Sunday, October 28, 2012



Charleston, West Virginia, Saturday Morning, October 28, 10, 1944.

 14,045 of 'Death March' Japanese
     Wiped Out by Americans on Leyte;
         British 2d Army Topples Tilburg
Capital of Samar
Captured by Yanks
First Week of Campaign
Costs 518 U.S. Lives
Oct. 28.— (Saturday)—
Gen; Douglas MacArthur's mud-caked. Yanks have gained control of Samar Island adjacent to Leyte, and have "completely defeated the 16th Japanese division responsible for its' infamous “March of Death" on Bataan.
MacArthur announced in his communique today that 14,045 Japanese soldiers—half of the enemy force on Leyte—have been killed or wounded in the week of fighting since MacArthur led American troops back to liberate the 'Philippines.
The 16th division, which Gen; MacArthur said he was particularly anxious to meet, is in retreat from the east coast of Leyte-and-is completely disorganized.
American casualties .were 518 killed, 139 missing and 1,503 wounded.
Gen. MacArthur's communique announcing his full revenge against the 16th division troops of tLt. Gen. Shiro Mackino on Leyte gave the picture of the Samar situation:
Next to Luzon
"With the aid of organized local guerrillas, practically the entire island of Samar is now under our domination and civil government will shortly be organized for the entire province.”
Elements of the American 1st cavalry smashed forward ten miles on the northern end of Leyte and captured their objective, Balud Barugo, on Carigara bay. Other elements of the same organization captured Samar's capital, Catbalogan, and advanced nine miles beyond to the northward. Samar is the third largest of the Philippine islands and closest to Luzon, on which Manila is situated.
(insert  map)
King Says Half Jap Navy
Knocked Out by U. S. Meet
NEW YORK, Oct. 27.—(INS)—Adm. Ernest J. King revealed tonight
that half the Japanese fleet had been knocked out, but he warned the nation not to expect final Japanese defeat until the Allies are able to throw their full might into the Pacific war.

Red Tie Tight,
Churchill Says
Arrangements With Stalin
- Pleases Prime Minister
LONDON, Oct. 27.—(AP)—
Prime Minister Churchill said today that the results of his recent Moscow conferences with Premier Stalin were "highly satisfactory," but declared that "all permanent arrangements await the presence of the  United States" and he called for another three-power meeting before the end of the year.
Churchill conceded that the "urgent and burning" question of Poland was still unsolved—although "certainly not for want of trying"—and he said he hoped the London Poles would return to Moscow soon and that protracted negotiations would be avoided. Churchill said that agreements reached were "workaday arrangements" which "must be looked upon 1 as temporary expedients to meet an emergency."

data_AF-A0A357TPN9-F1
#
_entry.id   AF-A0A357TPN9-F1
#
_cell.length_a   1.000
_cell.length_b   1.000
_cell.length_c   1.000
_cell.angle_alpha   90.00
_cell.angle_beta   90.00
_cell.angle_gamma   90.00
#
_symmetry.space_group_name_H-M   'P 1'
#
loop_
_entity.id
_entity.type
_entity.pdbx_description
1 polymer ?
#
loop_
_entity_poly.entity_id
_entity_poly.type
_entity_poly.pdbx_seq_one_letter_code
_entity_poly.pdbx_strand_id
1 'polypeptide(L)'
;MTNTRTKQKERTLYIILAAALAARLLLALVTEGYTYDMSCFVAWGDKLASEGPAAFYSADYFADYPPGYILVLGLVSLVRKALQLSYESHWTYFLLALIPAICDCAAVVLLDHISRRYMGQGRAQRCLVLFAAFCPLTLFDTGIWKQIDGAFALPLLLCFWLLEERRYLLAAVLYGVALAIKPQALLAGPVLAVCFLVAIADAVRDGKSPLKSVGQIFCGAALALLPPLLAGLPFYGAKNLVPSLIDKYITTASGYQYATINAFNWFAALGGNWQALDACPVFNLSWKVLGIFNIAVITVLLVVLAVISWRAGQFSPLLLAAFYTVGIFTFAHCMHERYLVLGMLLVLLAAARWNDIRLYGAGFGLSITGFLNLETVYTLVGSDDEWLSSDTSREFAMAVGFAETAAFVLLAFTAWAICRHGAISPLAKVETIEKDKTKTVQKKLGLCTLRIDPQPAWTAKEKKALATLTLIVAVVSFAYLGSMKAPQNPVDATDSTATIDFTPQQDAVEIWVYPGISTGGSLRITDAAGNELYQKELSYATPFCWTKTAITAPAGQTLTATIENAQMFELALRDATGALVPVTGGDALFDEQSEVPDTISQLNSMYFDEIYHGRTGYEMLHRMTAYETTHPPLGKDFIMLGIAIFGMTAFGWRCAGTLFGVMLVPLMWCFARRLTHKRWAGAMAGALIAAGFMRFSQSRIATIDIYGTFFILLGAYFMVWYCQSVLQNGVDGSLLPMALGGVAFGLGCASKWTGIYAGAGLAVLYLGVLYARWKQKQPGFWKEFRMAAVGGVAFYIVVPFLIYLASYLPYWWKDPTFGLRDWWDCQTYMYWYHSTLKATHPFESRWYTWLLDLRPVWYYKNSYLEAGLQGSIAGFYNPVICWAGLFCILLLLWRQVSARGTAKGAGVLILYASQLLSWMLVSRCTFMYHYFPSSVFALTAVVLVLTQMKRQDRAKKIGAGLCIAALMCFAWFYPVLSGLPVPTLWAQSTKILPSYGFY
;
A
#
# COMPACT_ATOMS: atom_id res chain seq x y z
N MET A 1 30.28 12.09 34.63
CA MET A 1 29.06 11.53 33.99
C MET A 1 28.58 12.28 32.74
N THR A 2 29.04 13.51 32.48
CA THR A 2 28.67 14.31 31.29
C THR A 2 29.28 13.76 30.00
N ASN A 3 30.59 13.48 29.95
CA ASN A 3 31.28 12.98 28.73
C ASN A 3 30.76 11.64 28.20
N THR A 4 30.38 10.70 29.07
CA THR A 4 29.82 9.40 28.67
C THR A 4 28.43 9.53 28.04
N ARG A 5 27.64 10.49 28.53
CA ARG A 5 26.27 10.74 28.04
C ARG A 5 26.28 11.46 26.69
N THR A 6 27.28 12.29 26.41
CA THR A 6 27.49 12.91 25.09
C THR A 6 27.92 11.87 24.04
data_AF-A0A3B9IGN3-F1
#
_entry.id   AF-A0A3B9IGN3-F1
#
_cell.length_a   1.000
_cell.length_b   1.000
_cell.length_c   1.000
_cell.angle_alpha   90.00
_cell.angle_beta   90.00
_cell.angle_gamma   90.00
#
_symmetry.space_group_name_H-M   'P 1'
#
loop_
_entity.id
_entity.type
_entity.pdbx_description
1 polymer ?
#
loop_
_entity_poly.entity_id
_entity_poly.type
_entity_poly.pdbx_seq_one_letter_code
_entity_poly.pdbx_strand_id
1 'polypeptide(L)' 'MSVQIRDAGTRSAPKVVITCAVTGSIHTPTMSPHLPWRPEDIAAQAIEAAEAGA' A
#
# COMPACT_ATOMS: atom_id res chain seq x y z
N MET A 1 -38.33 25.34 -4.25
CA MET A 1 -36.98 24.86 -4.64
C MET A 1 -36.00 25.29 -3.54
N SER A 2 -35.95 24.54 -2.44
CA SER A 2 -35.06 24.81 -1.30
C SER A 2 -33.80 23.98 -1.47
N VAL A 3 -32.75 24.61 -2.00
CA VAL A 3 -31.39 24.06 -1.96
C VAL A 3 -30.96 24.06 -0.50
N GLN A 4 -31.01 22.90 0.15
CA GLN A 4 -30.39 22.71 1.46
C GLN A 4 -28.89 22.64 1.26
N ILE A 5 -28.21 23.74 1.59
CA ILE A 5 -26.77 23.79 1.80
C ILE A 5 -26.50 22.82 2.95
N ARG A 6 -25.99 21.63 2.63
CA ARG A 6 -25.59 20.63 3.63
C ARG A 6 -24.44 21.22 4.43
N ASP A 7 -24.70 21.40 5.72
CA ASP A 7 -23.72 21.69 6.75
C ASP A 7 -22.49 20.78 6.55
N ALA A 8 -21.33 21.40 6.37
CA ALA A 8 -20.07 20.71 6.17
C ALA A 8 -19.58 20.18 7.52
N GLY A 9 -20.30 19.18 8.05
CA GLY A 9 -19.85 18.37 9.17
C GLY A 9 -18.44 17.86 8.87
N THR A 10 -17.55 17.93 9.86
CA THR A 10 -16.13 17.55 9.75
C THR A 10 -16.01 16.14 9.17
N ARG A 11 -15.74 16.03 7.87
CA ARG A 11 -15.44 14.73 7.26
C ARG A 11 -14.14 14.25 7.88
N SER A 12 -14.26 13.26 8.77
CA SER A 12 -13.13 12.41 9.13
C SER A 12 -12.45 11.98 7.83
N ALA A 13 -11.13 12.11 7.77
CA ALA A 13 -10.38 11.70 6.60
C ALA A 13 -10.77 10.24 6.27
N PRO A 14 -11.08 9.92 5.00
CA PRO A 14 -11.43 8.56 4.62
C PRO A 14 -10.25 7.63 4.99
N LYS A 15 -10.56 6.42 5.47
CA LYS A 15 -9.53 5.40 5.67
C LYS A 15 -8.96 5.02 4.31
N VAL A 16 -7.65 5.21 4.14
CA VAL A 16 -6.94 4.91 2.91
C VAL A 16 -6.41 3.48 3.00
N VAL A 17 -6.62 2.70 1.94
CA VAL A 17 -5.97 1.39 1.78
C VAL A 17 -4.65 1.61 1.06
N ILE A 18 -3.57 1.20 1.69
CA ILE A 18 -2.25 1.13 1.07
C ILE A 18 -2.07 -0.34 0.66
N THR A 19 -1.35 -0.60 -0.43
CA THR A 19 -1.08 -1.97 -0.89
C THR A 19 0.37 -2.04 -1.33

81,000 Germans
Face Entrapment
Tanks Cut Path Through
German Defenses
LONDON, Oct. 27—(AP)
British troops driving to trap the German 15th army in the watery lowlands of southwestern Holland have captured Tilburg, German keystone bastion on the
west flank of the Allied Dutch salient, a field dispatch reported tonight.
Except for a few snipers, this rail and road center of 81,000 population was in British hands. Associated Press Correspondent Roger D. Greene reported. Cheering throngs greeted the Tommies as they marched through the streets and tonight the city was staging a wild celebration of its liberation.
Nazis Evacuate City
The German garrison had pulled out shortly before noon under the terrific pressure of the great British offensive.

Russians Lift
Hitler's Yoke
From Ruthenia
Soviets Capture Ungvar;
Tito's Partisans Help
To Seize Novi Sad
LONDON, Oct. 28—(Saturday) _(AP)—
A powerful Russian mountain army virtually completed the conquest of Hungarian-annexed Ruthenia in eastern Czechoslovakia y e s t e r  d a y  by capturing Ungvar in a 15-mile advance, and also penetrated six miles into neighboring Slovakia.
In German East Prussia, where the Nazis were putting up one of the most savage defenses of the entire war, a Moscow communique announced the seizure of three more villages in two-mile gains in the Ebenrode area.
A midnight Soviet bulletin said the Russians, beating off numerous counter-attacks by large German infantry and armor, killed 3,000 Germans, making a two-day total of 5,800. Ninety-five enemy tanks. 11 armored carriers and 100 enemy trucks were wrecked or 'burned, it said.
In Yugoslavia other Soviet forces aided by Marshal Tito's Partisans captured Novi Sad. Yugoslavia's 7th city of 64,000 on the north bank of the Danube 42 miles northwest of fallen Belgrade.

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